Reporter's Notebook

Mini Object Lesson
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(Steven Depolo / Flickr)

I forgot how to eat watermelon. I didn’t realize it until this week, when we cut into the small, round melon in the farm box for dinner. Seeds. Seeds everywhere, just like there used to be before the Great Unseedening. In 2003, apparently, 42% of watermelons still had seeds. By 2010, 16%.

Today, the Watermelon Board doesn’t even bother publishing updated numbers. The “majority” of watermelons are seedless, just like the majority of telephones are computers.

Like most crops that were once seasonal and regional, watermelon are grown year-round in warm climates and ferried to you by ship, train, and truck—from Brazil in November, the Dominican Republic in January, Panama in April. Smaller, rounder varieties are easier to carry and store. Once ubiquitous and seedless, watermelon becomes just another fruit to dice and spear and chew—honeydew without the toothiness or the sweetness, just enough meat to cohere the remaining 92% water that constitutes it.

Back when watermelon was a seasonal, seeded fruit, it was really something else entirely. For two months or so of summer, green-fleshed colossi held court on picnic tables, presiding over hot dog empires. Somebody’s dad knew how to cut along the seed lines to avoid most of them, but even still, pliant little beetles remained for ejection to the soil. The ensuing stickiness, whether you were 8 or 18 or 80. Watermelon wasn’t a fruit so much as a standard of summer.

We domesticate things to tame them, but the tamed can never be wild again. On the Watermelon Growers Association website, there’s a photo of a woman smiling before a segment of melon, seeds nowhere to be found. It seems antiseptic, Photoshopped, like brassiere models airbrushed in catalogs for the sake of decency. Children might eat this!

My degenerate, heavily-seeded melon for dinner is a disaster. Bits of flesh and seed all over my plate. The kids don’t even touch it. I must look like a lecher, some Steward of Gondor dripping the end of summer as if I’ve murdered it. Watermelon was always so corporeal, so messy—a fruit of the flesh, knife, and mouth. Now, still mouthed, but almost drinkable. Pristine.

(For longer Object Lessons, head here)

K-Cups—those self-contained coffee pods for Keurig Green Mountain instant brew machines—were once as hot as, well, coffee. But they have cooled off considerably. Green Mountain’s stock has dropped 65 percent from its all-time high almost a year ago. K-Cups are convenient but expensive; they generate enormous, irresponsible quantities of plastic waste; in their latest implementation they apply the worst habits of DRM onto coffee breaks; and on top of it, they taste terrible anyway. Even the K-cup’s creator says he regrets having invented it.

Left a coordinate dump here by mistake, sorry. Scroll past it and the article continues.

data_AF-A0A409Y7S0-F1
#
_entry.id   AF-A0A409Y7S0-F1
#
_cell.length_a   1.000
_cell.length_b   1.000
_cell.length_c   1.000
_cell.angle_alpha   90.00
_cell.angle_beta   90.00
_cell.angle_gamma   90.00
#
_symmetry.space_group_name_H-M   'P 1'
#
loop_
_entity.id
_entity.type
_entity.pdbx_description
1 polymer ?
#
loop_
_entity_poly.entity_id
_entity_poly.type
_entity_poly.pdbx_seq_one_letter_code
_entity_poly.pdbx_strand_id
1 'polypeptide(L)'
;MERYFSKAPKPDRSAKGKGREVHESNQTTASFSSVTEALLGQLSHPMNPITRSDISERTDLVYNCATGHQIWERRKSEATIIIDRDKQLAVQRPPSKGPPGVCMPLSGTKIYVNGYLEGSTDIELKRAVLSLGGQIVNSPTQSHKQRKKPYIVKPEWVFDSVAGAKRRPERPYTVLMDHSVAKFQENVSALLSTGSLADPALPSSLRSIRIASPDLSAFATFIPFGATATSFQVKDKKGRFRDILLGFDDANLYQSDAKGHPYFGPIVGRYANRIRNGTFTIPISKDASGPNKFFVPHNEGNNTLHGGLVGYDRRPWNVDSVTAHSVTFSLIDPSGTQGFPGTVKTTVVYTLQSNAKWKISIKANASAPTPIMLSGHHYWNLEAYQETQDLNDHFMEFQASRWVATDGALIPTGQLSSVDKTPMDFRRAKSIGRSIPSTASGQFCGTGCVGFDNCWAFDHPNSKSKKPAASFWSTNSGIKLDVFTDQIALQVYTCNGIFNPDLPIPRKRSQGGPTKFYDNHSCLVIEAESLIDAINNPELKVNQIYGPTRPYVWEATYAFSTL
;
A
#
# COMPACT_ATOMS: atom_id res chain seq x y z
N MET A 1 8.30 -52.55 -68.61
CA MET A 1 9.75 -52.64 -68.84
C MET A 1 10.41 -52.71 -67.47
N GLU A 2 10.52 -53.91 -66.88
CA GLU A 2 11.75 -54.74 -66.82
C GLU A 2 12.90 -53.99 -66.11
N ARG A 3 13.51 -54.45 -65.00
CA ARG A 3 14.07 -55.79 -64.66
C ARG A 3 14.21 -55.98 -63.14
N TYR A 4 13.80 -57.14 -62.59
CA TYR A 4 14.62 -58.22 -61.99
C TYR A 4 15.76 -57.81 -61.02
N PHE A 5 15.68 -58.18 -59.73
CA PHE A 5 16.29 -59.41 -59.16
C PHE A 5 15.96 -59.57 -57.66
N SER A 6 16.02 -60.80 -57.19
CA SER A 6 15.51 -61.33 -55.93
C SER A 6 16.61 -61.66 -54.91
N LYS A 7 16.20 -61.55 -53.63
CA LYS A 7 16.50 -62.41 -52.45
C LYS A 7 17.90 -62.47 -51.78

But still, we use them. Maybe your office bought a system and you have no choice—“I’m sorry, all we have are K-cups.” Maybe you bought one for home long before realizing its expense and environmental impact. At its peak last year, Keurig had sold some 20 million K-cup brewers. Even assuming Green Mountain erodes and browns into oblivion, what are we supposed to do with all those brewers? Throwing them out with the trash seems irresponsible and, well, ironic.

Some Keurig users have bought cheap, reusable filter inserts that can be loaded with ground coffee of any sort. But honestly, this is just offensive for everyone. Not only do you have to use this deceptive machine in spite of itself, but you must also pick through old, spent grounds just to be reminded of how the machine had failed you. Insulting.

Here’s an alternative.

The Keurig brewer does do one thing pretty well, K-Cup or no: it heats and dispenses water. It does this in a relatively small footprint, too. What can you do with hot water on demand? Lots of things. You could make instant oatmeal, for example. Or if you use instant coffee, you can just empty a spoon or a pouch into a mug and repurpose the Keurig as a coffee machine without the K-Cups.

There’s another obvious use for heated water: it can be transformed into hot cocoa. Yes, yes, I know; it’s better stove-heated with milk and real chocolate, okay. But think of the children! Why not use your old, shame-shrouded Keurig machine as an object lesson in openness, environmental responsibility, and the Situationist repurposing of directed, corporate interests into novel alternatives? K is for Kokoa! Fists up—with insulated, compostable Dixie cups bearing chocolate!

So, this fall and winter, load up the Keurig with water, get a can of cocoa, and set your offspring to the task of dismantling your guilt through the delight of responsible hot chocolatiership. If you’ve got an extension cord, you can even run a Kokoa Stand at the street, refilling the Keurig from the hose.

That is, until the police shut you down, but that’s a lesson for another day.

(For longer Object Lessons, head here)

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